Again, I want to applaud Mark Zuckerberg for his willingness to invest in medical technology and his commitment to curing disease. I don’t question that his project may bring some good to the world. The medical research Mark Zuckerberg is investing in will undoubtedly make us more knowledgeable about the human body. Moreover, it can aid in the treatment of some conditions, in particular infectious diseases and rare disorders that develop as a result of single genetic mutations. With that said, I think much of the money he’s put into his medical initiative could have been better spent on other medical-related projects than the ones the initiative is currently investing in, for example projects that emerge out of the questions I listed above.
Finally, I’d like to mention before we wrap up that I do think that many of the diseases and health problems that plague the modern man can be “cured”. I do not think, however, that they can be cured with a drug. You can’t drug a body to good health. It doesn’t work that way.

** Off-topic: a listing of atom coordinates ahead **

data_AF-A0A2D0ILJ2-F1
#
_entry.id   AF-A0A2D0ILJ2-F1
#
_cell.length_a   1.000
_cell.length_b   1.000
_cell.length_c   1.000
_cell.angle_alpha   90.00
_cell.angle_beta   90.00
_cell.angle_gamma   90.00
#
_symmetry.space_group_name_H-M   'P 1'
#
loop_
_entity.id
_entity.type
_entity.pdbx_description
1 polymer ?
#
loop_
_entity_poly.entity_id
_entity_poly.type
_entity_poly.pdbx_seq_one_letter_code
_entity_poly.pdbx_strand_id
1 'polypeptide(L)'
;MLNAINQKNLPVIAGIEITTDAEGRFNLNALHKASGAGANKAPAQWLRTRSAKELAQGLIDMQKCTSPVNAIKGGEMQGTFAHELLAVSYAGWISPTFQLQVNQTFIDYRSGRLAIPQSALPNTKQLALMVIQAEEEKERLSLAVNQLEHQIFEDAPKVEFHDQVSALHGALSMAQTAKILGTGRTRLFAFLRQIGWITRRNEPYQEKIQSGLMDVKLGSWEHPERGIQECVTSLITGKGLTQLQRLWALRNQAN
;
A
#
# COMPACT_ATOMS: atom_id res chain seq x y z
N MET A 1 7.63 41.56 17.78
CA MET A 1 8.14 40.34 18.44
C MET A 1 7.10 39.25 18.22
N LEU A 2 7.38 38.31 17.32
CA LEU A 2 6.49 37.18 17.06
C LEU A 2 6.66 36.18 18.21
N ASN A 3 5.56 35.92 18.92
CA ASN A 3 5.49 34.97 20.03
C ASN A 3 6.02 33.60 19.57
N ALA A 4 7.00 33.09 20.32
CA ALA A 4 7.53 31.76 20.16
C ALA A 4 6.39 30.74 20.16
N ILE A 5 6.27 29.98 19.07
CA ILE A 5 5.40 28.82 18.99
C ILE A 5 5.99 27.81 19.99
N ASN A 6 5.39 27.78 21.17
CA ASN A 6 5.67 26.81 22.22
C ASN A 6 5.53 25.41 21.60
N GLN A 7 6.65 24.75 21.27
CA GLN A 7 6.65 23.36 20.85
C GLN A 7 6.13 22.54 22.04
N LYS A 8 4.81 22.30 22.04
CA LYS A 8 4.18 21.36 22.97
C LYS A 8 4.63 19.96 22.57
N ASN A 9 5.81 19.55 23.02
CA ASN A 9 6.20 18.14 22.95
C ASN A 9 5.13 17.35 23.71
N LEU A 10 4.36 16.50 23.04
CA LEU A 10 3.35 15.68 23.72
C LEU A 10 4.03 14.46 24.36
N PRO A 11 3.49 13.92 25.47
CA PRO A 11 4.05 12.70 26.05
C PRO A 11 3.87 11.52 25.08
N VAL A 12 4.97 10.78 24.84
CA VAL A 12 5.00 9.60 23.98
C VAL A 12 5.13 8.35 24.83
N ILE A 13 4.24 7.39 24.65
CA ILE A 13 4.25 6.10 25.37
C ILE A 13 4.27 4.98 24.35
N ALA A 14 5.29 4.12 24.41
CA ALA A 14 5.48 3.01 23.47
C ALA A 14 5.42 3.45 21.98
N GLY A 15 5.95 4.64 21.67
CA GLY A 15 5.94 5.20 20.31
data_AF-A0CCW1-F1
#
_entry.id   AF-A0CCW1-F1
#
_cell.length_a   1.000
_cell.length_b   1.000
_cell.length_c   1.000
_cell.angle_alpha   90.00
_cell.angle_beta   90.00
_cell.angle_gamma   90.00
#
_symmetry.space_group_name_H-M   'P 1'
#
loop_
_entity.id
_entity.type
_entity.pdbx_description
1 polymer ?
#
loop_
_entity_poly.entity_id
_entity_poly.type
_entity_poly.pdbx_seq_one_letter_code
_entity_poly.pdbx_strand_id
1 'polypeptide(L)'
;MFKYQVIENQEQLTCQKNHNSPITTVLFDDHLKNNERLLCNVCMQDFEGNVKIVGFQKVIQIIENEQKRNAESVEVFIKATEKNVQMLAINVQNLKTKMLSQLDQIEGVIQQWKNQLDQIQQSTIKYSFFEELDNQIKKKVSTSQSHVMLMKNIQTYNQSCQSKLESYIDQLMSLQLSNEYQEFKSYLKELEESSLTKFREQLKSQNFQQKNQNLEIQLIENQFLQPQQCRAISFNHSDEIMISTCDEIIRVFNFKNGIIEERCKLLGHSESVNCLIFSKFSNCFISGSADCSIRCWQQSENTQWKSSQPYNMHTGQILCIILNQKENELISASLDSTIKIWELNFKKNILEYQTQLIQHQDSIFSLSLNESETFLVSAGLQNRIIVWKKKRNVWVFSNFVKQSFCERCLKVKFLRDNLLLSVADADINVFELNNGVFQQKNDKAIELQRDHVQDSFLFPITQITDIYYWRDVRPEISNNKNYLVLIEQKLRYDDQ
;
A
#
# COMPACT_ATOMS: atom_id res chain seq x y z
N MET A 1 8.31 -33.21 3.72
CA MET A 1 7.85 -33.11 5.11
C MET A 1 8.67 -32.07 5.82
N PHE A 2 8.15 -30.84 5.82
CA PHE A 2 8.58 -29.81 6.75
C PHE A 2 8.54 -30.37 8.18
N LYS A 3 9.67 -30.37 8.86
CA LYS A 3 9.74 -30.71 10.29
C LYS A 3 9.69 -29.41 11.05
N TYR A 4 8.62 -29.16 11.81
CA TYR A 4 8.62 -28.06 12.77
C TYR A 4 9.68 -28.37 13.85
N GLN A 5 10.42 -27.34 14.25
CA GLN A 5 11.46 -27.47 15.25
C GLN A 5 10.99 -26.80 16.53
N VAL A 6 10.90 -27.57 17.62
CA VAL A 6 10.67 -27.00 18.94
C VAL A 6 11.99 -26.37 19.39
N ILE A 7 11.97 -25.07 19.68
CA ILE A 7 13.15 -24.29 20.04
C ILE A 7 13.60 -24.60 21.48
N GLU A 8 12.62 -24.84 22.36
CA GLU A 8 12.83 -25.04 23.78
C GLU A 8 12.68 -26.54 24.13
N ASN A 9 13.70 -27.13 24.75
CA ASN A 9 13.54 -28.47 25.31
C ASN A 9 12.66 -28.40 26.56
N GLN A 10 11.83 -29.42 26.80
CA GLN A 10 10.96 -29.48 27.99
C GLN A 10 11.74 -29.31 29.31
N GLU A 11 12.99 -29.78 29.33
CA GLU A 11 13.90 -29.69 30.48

What about gene editing or manipulation? Can we change our genomes in such a way that we don’t get sick? It’s certainly a fascinating thought to think that we can; however, it’s not something that is likely to happen, at least in the near future. Major diseases such as cardiovascular disease, cancer, and type-2 diabetes don’t develop as a result of single genetic mutations, rather, they develop as a result of genome-environment interactions that involve numerous different genes, found both within the human body’s cells and the cells of the organisms the human body interacts with. Also, I have to add that I’m personally very skeptical of using genome editing as a general approach to preventing disease. History has shown us that we humans tend to get into trouble when we interfere with the processes of nature. We’re much better off working with nature, as opposed to against it.
I don’t claim to have all the answers, but if there’s one thing I know, it’s that a damaged body differs markedly from a damaged machine. Modern technology doesn’t allow us to undo billions of years of evolution, regardless of how much we may want it to.